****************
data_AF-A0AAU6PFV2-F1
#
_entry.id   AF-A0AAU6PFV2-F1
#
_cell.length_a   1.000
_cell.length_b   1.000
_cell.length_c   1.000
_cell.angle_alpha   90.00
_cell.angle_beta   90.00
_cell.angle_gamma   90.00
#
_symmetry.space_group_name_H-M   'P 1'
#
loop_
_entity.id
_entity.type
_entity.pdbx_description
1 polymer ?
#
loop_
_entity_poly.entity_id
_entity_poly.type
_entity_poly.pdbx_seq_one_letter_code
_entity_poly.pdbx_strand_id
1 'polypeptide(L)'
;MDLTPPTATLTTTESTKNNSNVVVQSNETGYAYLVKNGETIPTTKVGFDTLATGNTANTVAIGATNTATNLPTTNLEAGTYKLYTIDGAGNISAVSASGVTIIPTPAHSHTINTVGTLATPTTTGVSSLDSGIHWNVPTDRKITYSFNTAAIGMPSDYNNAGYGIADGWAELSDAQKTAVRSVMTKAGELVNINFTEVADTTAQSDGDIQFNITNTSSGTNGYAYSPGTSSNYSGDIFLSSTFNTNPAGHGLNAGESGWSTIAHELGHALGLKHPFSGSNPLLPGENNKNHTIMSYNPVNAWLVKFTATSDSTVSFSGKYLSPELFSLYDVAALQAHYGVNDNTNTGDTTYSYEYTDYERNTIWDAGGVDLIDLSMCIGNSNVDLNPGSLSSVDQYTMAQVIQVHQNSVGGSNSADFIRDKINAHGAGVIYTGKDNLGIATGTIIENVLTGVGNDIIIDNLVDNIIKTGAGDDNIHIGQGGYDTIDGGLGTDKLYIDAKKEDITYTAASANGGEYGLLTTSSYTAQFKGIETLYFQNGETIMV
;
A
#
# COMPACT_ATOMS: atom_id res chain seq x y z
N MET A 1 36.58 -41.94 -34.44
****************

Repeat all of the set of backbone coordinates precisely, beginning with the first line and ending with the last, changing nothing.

data_AF-A0AAU6PFV2-F1
#
_entry.id   AF-A0AAU6PFV2-F1
#
_cell.length_a   1.000
_cell.length_b   1.000
_cell.length_c   1.000
_cell.angle_alpha   90.00
_cell.angle_beta   90.00
_cell.angle_gamma   90.00
#
_symmetry.space_group_name_H-M   'P 1'
#
loop_
_entity.id
_entity.type
_entity.pdbx_description
1 polymer ?
#
loop_
_entity_poly.entity_id
_entity_poly.type
_entity_poly.pdbx_seq_one_letter_code
_entity_poly.pdbx_strand_id
1 'polypeptide(L)'
;MDLTPPTATLTTTESTKNNSNVVVQSNETGYAYLVKNGETIPTTKVGFDTLATGNTANTVAIGATNTATNLPTTNLEAGTYKLYTIDGAGNISAVSASGVTIIPTPAHSHTINTVGTLATPTTTGVSSLDSGIHWNVPTDRKITYSFNTAAIGMPSDYNNAGYGIADGWAELSDAQKTAVRSVMTKAGELVNINFTEVADTTAQSDGDIQFNITNTSSGTNGYAYSPGTSSNYSGDIFLSSTFNTNPAGHGLNAGESGWSTIAHELGHALGLKHPFSGSNPLLPGENNKNHTIMSYNPVNAWLVKFTATSDSTVSFSGKYLSPELFSLYDVAALQAHYGVNDNTNTGDTTYSYEYTDYERNTIWDAGGVDLIDLSMCIGNSNVDLNPGSLSSVDQYTMAQVIQVHQNSVGGSNSADFIRDKINAHGAGVIYTGKDNLGIATGTIIENVLTGVGNDIIIDNLVDNIIKTGAGDDNIHIGQGGYDTIDGGLGTDKLYIDAKKEDITYTAASANGGEYGLLTTSSYTAQFKGIETLYFQNGETIMV
;
A
#
# COMPACT_ATOMS: atom_id res chain seq x y z
N MET A 1 36.58 -41.94 -34.44